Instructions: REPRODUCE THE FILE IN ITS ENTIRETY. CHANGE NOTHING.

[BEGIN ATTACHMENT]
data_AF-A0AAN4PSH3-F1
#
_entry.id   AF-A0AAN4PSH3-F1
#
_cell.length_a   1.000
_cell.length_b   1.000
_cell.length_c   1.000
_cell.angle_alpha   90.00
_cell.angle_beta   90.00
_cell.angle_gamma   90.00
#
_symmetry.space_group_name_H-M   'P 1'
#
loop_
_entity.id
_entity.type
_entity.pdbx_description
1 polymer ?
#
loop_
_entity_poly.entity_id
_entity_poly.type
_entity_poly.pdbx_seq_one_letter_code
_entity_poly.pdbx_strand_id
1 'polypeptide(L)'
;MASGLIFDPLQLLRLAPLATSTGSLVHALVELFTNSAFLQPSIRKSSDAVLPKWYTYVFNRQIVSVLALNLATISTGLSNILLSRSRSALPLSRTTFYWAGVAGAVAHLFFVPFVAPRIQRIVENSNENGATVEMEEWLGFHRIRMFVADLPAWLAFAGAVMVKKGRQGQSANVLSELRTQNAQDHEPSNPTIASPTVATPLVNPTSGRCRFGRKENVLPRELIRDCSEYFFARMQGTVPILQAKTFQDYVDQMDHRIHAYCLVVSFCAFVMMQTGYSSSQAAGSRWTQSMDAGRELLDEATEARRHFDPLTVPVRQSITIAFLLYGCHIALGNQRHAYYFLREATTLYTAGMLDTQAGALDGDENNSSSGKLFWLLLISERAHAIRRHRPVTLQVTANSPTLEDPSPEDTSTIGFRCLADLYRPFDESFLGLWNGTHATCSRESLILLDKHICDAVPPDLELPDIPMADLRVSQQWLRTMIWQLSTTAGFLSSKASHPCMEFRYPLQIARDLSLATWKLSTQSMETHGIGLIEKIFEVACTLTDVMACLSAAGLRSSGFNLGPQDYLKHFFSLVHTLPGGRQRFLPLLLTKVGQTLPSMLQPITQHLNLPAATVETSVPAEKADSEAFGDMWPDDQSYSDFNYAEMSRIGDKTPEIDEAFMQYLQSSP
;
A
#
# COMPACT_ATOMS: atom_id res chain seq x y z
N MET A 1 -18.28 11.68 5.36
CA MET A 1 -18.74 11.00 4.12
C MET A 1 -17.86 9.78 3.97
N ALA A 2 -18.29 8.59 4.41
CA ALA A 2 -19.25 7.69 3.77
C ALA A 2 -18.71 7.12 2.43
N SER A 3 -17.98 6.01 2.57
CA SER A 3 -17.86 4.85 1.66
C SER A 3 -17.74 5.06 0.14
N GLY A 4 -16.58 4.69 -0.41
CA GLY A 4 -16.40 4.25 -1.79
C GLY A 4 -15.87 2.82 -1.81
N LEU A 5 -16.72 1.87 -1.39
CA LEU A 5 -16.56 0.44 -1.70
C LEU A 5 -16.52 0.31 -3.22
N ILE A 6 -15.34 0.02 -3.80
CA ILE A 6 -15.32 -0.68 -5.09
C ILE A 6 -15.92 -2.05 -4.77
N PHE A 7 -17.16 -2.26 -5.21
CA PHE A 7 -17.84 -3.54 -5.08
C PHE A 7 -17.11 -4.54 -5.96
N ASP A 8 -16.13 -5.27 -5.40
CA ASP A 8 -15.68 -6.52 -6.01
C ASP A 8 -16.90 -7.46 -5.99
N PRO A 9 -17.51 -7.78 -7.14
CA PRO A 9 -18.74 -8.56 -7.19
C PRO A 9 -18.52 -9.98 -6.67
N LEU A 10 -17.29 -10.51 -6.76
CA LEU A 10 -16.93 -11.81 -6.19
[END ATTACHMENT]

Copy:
data_AF-A0AAN4PSH3-F1
#
_entry.id   AF-A0AAN4PSH3-F1
#
_cell.length_a   1.000
_cell.length_b   1.000
_cell.length_c   1.000
_cell.angle_alpha   90.00
_cell.angle_beta   90.00
_cell.angle_gamma   90.00
#
_symmetry.space_group_name_H-M   'P 1'
#
loop_
_entity.id
_entity.type
_entity.pdbx_description
1 polymer ?
#
loop_
_entity_poly.entity_id
_entity_poly.type
_entity_poly.pdbx_seq_one_letter_code
_entity_poly.pdbx_strand_id
1 'polypeptide(L)'
;MASGLIFDPLQLLRLAPLATSTGSLVHALVELFTNSAFLQPSIRKSSDAVLPKWYTYVFNRQIVSVLALNLATISTGLSNILLSRSRSALPLSRTTFYWAGVAGAVAHLFFVPFVAPRIQRIVENSNENGATVEMEEWLGFHRIRMFVADLPAWLAFAGAVMVKKGRQGQSANVLSELRTQNAQDHEPSNPTIASPTVATPLVNPTSGRCRFGRKENVLPRELIRDCSEYFFARMQGTVPILQAKTFQDYVDQMDHRIHAYCLVVSFCAFVMMQTGYSSSQAAGSRWTQSMDAGRELLDEATEARRHFDPLTVPVRQSITIAFLLYGCHIALGNQRHAYYFLREATTLYTAGMLDTQAGALDGDENNSSSGKLFWLLLISERAHAIRRHRPVTLQVTANSPTLEDPSPEDTSTIGFRCLADLYRPFDESFLGLWNGTHATCSRESLILLDKHICDAVPPDLELPDIPMADLRVSQQWLRTMIWQLSTTAGFLSSKASHPCMEFRYPLQIARDLSLATWKLSTQSMETHGIGLIEKIFEVACTLTDVMACLSAAGLRSSGFNLGPQDYLKHFFSLVHTLPGGRQRFLPLLLTKVGQTLPSMLQPITQHLNLPAATVETSVPAEKADSEAFGDMWPDDQSYSDFNYAEMSRIGDKTPEIDEAFMQYLQSSP
;
A
#
# COMPACT_ATOMS: atom_id res chain seq x y z
N MET A 1 -18.28 11.68 5.36
CA MET A 1 -18.74 11.00 4.12
C MET A 1 -17.86 9.78 3.97
N ALA A 2 -18.29 8.59 4.41
CA ALA A 2 -19.25 7.69 3.77
C ALA A 2 -18.71 7.12 2.43
N SER A 3 -17.98 6.01 2.57
CA SER A 3 -17.86 4.85 1.66
C SER A 3 -17.74 5.06 0.14
N GLY A 4 -16.58 4.69 -0.41
CA GLY A 4 -16.40 4.25 -1.79
C GLY A 4 -15.87 2.82 -1.81
N LEU A 5 -16.72 1.87 -1.39
CA LEU A 5 -16.56 0.44 -1.70
C LEU A 5 -16.52 0.31 -3.22
N ILE A 6 -15.34 0.02 -3.80
CA ILE A 6 -15.32 -0.68 -5.09
C ILE A 6 -15.92 -2.05 -4.77
N PHE A 7 -17.16 -2.26 -5.21
CA PHE A 7 -17.84 -3.54 -5.08
C PHE A 7 -17.11 -4.54 -5.96
N ASP A 8 -16.13 -5.27 -5.40
CA ASP A 8 -15.68 -6.52 -6.01
C ASP A 8 -16.90 -7.46 -5.99
N PRO A 9 -17.51 -7.78 -7.14
CA PRO A 9 -18.74 -8.56 -7.19
C PRO A 9 -18.52 -9.98 -6.67
N LEU A 10 -17.29 -10.51 -6.76
CA LEU A 10 -16.93 -11.81 -6.19